What we learned in fantasy football in 2017, and what it means for 2018

Alvin Kamara went undrafted in many leagues due to the presence of Adrian Peterson. Those who did draft him were rewarded. Chris Graythen/Getty Images

First-year running backs have led the NFL in rushing for consecutive seasons, and this is a trend fantasy managers need to take seriously. After all, another loaded crew of healthy, determined players will be entering the league from college this summer, skilled enough to statistically dominate should opportunity arise, and that sure did happen in 2017. Four of the top 10 running backs in ESPN PPR formats were rookies this season, and it’s not a fluke. It’s the future, and while it doesn’t mean fantasy managers should avoid the older fellows like Mark Ingram and LeSean McCoy, it does mean we can’t ignore facts. It doesn’t matter what real-life round these young running backs go in; all that matters are the opportunities they receive.

Take New Orleans Saints star Alvin Kamara, for example. It seems ridiculous now, but fantasy managers actually believed the threat of Adrian Peterson was a good reason to bypass him. Kamara finished third among all running backs in PPR scoring, collecting 14 total touchdowns, catching a cool 826 yards worth of passes and looking like a future Le’Veon Bell. The Kansas City Chiefs chose Kareem Hunt in the third round, and when Spencer Ware -- remember him? -- got hurt, the starting role opened up. Hunt starred in September, led the NFL in rushing and scored 11 touchdowns. Neither the Jacksonville Jaguars nor Carolina Panthers made any secret about the critically relevant roles that awaited Leonard Fournette and Christian McCaffrey, and each finished as a top-10 option, though with a vastly different statistical path.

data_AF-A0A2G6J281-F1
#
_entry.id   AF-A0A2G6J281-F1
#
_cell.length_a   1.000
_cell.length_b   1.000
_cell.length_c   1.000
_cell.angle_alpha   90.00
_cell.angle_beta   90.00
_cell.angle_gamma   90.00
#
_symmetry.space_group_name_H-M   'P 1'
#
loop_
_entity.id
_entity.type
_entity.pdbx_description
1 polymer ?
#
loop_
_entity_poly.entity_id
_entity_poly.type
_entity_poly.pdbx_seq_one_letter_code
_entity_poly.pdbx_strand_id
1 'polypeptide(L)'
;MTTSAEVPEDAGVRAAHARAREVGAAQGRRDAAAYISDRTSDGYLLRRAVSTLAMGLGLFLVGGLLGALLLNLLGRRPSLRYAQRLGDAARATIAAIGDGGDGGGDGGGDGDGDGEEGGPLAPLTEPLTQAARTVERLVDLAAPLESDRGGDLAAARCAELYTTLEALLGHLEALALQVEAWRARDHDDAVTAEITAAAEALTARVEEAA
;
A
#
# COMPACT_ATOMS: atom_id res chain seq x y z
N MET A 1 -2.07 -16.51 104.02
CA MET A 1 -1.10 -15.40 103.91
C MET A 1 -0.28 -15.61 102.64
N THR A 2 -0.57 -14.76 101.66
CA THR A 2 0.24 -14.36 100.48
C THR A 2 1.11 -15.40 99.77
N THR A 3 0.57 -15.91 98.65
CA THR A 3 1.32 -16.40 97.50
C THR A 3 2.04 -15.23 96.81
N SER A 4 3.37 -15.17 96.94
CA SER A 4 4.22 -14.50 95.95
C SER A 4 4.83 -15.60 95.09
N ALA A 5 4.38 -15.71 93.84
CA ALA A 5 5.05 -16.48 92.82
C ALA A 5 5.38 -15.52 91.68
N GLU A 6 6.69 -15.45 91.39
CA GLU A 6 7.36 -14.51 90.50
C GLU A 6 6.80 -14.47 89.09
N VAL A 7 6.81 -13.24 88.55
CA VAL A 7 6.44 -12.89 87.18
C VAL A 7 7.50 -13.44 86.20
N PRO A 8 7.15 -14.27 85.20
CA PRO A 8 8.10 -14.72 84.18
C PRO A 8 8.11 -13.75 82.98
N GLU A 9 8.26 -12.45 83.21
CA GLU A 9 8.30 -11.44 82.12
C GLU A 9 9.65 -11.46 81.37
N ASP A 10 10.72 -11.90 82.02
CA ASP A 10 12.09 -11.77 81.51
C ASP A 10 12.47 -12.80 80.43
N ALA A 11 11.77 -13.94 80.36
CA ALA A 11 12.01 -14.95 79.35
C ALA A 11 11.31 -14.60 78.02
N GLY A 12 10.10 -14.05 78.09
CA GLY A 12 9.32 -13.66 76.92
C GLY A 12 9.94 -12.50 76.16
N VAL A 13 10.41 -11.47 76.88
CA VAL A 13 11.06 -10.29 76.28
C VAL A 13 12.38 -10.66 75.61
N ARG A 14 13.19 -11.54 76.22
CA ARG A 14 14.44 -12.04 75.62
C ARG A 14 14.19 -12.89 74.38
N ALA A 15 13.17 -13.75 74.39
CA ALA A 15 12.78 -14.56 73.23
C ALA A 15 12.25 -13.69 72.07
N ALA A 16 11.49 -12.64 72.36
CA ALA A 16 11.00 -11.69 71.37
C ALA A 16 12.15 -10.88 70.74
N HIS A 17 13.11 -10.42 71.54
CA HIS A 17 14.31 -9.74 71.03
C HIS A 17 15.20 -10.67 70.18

And there were more, of course. Those were the big names, but opportunity also presented itself for the Cincinnati BengalsJoe Mixon, Washington RedskinsSamaje Perine, both Jamaal Williams and Aaron Jones of the Green Bay Packers and who knows what the Minnesota Vikings’ Dalvin Cook could have achieved statistically had a devastating knee injury not intervened in his fourth NFL game. Fantasy managers have been advised for years to beware of rookie disappointments, and that remains the case at quarterback and wide receiver, where that trend didn’t alter this past season. But when it comes to running backs, the opportunities are coming earlier, and these guys are clearly, for the most part, ready to seize them.

That said, it’s all about value, and not every first-year running back starred. Mixon is the obvious option who had his chances and couldn’t thrive, but then again, look at the rest of his team. It didn’t thrive, either, until the very last stunning drive of the season. The aforementioned rookies are playoff-bound. Still, I admit I haven’t always been so eager to rely on a rookie, opting for safer, more proven choices like Ingram and McCoy, and those guys were great for the Saints and Buffalo Bills, respectively. Like everything else in fantasy and reality, there are no guarantees.